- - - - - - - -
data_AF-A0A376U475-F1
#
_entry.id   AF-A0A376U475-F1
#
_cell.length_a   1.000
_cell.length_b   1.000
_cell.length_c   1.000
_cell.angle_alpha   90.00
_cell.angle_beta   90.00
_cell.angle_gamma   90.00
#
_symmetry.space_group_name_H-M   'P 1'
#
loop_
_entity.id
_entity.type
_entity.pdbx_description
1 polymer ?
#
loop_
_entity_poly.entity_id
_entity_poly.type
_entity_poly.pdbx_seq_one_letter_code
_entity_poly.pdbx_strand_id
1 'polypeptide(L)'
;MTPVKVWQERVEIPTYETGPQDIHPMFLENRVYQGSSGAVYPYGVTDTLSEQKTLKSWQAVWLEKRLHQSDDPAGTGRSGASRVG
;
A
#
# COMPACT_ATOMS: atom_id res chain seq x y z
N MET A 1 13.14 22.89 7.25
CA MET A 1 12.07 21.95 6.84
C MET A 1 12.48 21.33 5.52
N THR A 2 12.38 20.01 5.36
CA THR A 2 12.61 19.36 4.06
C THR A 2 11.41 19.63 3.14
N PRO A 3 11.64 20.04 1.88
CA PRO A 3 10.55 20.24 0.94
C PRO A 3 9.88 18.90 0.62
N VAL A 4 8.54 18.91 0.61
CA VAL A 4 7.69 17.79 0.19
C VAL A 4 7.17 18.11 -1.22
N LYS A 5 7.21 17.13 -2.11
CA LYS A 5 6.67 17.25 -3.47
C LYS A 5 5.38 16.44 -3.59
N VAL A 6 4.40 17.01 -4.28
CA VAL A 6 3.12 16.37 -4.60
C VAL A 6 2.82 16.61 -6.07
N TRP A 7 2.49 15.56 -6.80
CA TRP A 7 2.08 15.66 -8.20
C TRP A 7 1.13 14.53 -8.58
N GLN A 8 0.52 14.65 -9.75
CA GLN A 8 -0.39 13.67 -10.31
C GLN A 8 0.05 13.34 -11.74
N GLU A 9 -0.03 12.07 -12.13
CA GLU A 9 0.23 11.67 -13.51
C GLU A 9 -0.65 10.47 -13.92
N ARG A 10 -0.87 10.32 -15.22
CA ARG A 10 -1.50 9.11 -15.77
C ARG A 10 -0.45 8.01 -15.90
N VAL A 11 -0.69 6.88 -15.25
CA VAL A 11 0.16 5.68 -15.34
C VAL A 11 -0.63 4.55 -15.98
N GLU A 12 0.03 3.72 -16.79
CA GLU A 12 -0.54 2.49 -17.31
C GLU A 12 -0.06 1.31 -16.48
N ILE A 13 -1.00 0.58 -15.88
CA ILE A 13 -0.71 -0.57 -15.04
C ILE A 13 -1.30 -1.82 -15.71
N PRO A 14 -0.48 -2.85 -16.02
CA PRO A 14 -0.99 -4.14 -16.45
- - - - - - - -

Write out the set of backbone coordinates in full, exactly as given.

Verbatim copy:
data_AF-A0A376U475-F1
#
_entry.id   AF-A0A376U475-F1
#
_cell.length_a   1.000
_cell.length_b   1.000
_cell.length_c   1.000
_cell.angle_alpha   90.00
_cell.angle_beta   90.00
_cell.angle_gamma   90.00
#
_symmetry.space_group_name_H-M   'P 1'
#
loop_
_entity.id
_entity.type
_entity.pdbx_description
1 polymer ?
#
loop_
_entity_poly.entity_id
_entity_poly.type
_entity_poly.pdbx_seq_one_letter_code
_entity_poly.pdbx_strand_id
1 'polypeptide(L)'
;MTPVKVWQERVEIPTYETGPQDIHPMFLENRVYQGSSGAVYPYGVTDTLSEQKTLKSWQAVWLEKRLHQSDDPAGTGRSGASRVG
;
A
#
# COMPACT_ATOMS: atom_id res chain seq x y z
N MET A 1 13.14 22.89 7.25
CA MET A 1 12.07 21.95 6.84
C MET A 1 12.48 21.33 5.52
N THR A 2 12.38 20.01 5.36
CA THR A 2 12.61 19.36 4.06
C THR A 2 11.41 19.63 3.14
N PRO A 3 11.64 20.04 1.88
CA PRO A 3 10.55 20.24 0.94
C PRO A 3 9.88 18.90 0.62
N VAL A 4 8.54 18.91 0.61
CA VAL A 4 7.69 17.79 0.19
C VAL A 4 7.17 18.11 -1.22
N LYS A 5 7.21 17.13 -2.11
CA LYS A 5 6.67 17.25 -3.47
C LYS A 5 5.38 16.44 -3.59
N VAL A 6 4.40 17.01 -4.28
CA VAL A 6 3.12 16.37 -4.60
C VAL A 6 2.82 16.61 -6.07
N TRP A 7 2.49 15.56 -6.80
CA TRP A 7 2.08 15.66 -8.20
C TRP A 7 1.13 14.53 -8.58
N GLN A 8 0.52 14.65 -9.75
CA GLN A 8 -0.39 13.67 -10.31
C GLN A 8 0.05 13.34 -11.74
N GLU A 9 -0.03 12.07 -12.13
CA GLU A 9 0.23 11.67 -13.51
C GLU A 9 -0.65 10.47 -13.92
N ARG A 10 -0.87 10.32 -15.22
CA ARG A 10 -1.50 9.11 -15.77
C ARG A 10 -0.45 8.01 -15.90
N VAL A 11 -0.69 6.88 -15.25
CA VAL A 11 0.16 5.68 -15.34
C VAL A 11 -0.63 4.55 -15.98
N GLU A 12 0.03 3.72 -16.79
CA GLU A 12 -0.54 2.49 -17.31
C GLU A 12 -0.06 1.31 -16.48
N ILE A 13 -1.00 0.58 -15.88
CA ILE A 13 -0.71 -0.57 -15.04
C ILE A 13 -1.30 -1.82 -15.71
N PRO A 14 -0.48 -2.85 -16.02
CA PRO A 14 -0.99 -4.14 -16.45